An athlete splashes their way into Auke Lake to start the swim leg of the Ironman Alaska. (Ben Hohenstatt / Juneau Empire File)

An athlete splashes their way into Auke Lake to start the swim leg of the Ironman Alaska. (Ben Hohenstatt / Juneau Empire File)

Opinion: Juneau Ironman doesn’t cross the finish line

“Anything is possible” is an optimistic catch-phrase but it’s not a strategy.

  • By Win Gruening
  • Thursday, January 5, 2023 11:07am
  • Opinion

“Anything is Possible” is a registered trademark of the Ironman Triathlon competition, capturing the challenge of one of the most difficult single-day sporting events in the world. In that spirit, the Juneau community whole-heartedly embraced the opportunity to hold Alaska’s first-ever Ironman sanctioned race last August.

Despite Juneau’s remote venue, small population, and lack of amenities, Travel Juneau and an enthusiastic group of boosters and volunteers worked hard to secure the bid, believing, indeed, anything was possible, and that our spectacular scenery, unique location, and community support would compensate for any deficiencies. When announced a full year before the event that Juneau had secured the bid, the city celebrated the victory with a splashy press conference on the shores of Auke Lake, the site of the triathlon’s 2.4-mile swim.

That the event ultimately wasn’t as successful as hoped is not a reflection on Juneau’s effort or commitment but rather on other factors. Although Juneau welcomes over a million cruise passengers annually, we soon discovered that hosting a substantial influx of independent visitors has its own challenges.

The signed three-year contract with the Ironman Group required Juneau to pay $50,000 in 2022 with the possibility of hosting additional competitions in 2023 and 2024. This was to be offset by an anticipated $7-8 million lift to the local economy with the expected arrival of 1,300-1,600 participants plus families and friends who would stay for up to a week or longer.

Initially, this all seemed workable but as the event approached, problems began to surface.

Before arrival, competitors had already invested up to $3,000, including an $800 registration fee and airfare. Then they learned how much it would cost for sleeping accommodations. Early registrants snagged reasonably-priced rooms but later, many found that hotel rooms had doubled in price and Airbnbs were going for $1,000 per night. After available rooms disappeared, some complained that their original reservations were canceled and re-listed at higher rates.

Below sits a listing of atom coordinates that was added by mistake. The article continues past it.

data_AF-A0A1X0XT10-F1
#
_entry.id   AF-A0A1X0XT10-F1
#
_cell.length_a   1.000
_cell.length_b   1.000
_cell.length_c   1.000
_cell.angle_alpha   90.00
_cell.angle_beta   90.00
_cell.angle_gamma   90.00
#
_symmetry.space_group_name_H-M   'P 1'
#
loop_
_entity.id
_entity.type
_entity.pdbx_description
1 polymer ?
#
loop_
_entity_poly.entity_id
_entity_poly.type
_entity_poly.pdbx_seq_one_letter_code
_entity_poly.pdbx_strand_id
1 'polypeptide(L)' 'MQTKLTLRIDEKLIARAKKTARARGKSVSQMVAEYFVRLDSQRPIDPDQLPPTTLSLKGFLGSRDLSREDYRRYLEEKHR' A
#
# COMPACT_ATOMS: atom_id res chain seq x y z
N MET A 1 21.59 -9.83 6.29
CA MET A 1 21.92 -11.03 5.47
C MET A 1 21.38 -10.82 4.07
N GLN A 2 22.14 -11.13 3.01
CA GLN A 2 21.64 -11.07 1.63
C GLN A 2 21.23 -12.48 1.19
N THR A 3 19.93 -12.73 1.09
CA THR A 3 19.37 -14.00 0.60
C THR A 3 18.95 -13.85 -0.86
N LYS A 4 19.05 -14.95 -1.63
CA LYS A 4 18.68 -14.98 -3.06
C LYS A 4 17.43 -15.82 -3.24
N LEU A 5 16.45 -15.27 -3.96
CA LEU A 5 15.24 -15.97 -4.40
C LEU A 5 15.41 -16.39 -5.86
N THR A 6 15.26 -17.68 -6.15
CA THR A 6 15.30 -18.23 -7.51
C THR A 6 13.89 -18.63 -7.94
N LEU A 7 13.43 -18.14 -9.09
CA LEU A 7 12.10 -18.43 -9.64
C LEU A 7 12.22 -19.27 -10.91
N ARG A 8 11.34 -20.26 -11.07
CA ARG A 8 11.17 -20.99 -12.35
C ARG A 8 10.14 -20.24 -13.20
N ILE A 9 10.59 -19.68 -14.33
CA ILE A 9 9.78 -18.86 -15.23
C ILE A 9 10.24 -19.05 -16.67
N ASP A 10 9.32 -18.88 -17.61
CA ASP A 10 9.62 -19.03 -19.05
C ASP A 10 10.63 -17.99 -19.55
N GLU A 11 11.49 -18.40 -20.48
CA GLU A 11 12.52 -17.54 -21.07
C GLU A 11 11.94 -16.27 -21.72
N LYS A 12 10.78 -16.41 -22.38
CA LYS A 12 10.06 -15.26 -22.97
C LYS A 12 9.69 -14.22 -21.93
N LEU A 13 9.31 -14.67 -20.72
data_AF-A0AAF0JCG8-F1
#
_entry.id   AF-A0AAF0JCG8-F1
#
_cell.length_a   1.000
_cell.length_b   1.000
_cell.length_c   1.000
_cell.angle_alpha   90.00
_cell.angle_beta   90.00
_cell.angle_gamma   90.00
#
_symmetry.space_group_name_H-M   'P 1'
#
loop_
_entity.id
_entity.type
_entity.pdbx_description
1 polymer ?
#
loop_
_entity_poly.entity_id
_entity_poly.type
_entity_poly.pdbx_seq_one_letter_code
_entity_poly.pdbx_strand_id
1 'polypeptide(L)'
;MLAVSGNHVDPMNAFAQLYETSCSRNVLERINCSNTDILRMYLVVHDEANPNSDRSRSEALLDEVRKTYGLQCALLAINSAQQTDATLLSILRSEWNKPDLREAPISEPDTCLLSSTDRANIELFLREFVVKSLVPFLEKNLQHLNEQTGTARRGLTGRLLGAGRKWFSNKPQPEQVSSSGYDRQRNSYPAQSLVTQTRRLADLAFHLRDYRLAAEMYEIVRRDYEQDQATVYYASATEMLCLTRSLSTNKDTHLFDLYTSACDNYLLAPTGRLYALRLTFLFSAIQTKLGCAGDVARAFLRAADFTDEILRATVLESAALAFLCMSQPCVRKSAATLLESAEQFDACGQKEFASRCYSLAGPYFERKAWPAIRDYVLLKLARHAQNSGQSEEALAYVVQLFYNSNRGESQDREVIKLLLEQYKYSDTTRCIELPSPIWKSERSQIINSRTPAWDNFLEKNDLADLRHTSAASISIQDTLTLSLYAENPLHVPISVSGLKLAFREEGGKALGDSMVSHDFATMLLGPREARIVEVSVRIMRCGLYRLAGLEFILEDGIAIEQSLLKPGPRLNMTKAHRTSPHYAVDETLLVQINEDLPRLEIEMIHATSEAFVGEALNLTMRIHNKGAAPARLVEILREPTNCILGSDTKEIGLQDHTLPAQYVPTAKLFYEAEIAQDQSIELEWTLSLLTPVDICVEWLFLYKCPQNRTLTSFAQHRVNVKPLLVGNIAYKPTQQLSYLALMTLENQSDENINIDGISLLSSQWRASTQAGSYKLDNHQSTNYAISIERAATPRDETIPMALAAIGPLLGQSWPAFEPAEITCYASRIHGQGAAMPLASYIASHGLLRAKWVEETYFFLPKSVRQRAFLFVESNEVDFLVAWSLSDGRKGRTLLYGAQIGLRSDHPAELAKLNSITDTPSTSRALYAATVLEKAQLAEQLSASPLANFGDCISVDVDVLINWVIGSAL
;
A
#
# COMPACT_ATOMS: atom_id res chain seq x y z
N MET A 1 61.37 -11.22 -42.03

Travel Juneau suggested residents offer rooms in their homes or rent their houses to fill the gap. A Facebook page was launched to inform contestants when rooms or homes became available.

Eventually, the participant base shrank to about 850 competitors, almost half what was originally expected.

It also became evident that transportation logistics were lacking. Taxis were scarce and visitors soon discovered there were no rental cars left available in town. Participants didn’t have a way to get their bikes to and from the airport. A local company, Cycle Alaska, stepped in and organized a bike transport operation to assist.

On the day of the race, the weather was not ideal. Due to low water temperature in Auke Lake, the swim leg was delayed and shortened. Rain and cold weather plagued runners and bikers during the race.

Obviously, some of this was beyond the control of the host city or race sponsors. But, as a community, it seemed we promised more than we could deliver.

In early December, Ironman officials announced the cancellation of Ironman Alaska in Juneau for 2023 and 2024, citing impacts from global inflation and economic pressure.

While officials also complimented Juneau as a host city, few people believe that the reasons cited were the only considerations.

It’s tough to admit that our community may have fallen short in staging an event like this. However, it should be instructive in how we plan for the future. Every community has assets and liabilities. Juneau is no exception.

Juneau boasts world-class scenery and outdoor opportunities, a diverse and welcoming community, and thriving arts and cultural organizations.

However, ways to access Juneau are few and expensive, independent visitor accommodations and amenities are limited, and weather can be problematic.

A realistic recognition of these limitations should be considered whenever city leaders contemplate expending public resources or make infrastructure investments to attract significant numbers of out-of-town guests. This is a point worth remembering in light of the city assembly’s continuing effort to fund an over $77 million expansion of our convention center.

“Anything is possible” is an optimistic catch-phrase but it’s not a strategy. Scaling events and public buildings to better match our community’s size and capabilities will be what determines their success or failure in the future.

After retiring as the senior vice president in charge of business banking for KeyBank in Alaska, Win Gruening became a regular Opinion Page columnist for the Juneau Empire. He was born and raised in Juneau and graduated from the U.S. Air Force Academy in 1970. He is involved in various local and statewide organizations. Columns, My Turns and Letters to the Editor represent the view of the author, not the view of the Juneau Empire. Have something to say? Here’s how to submit a My Turn or letter.

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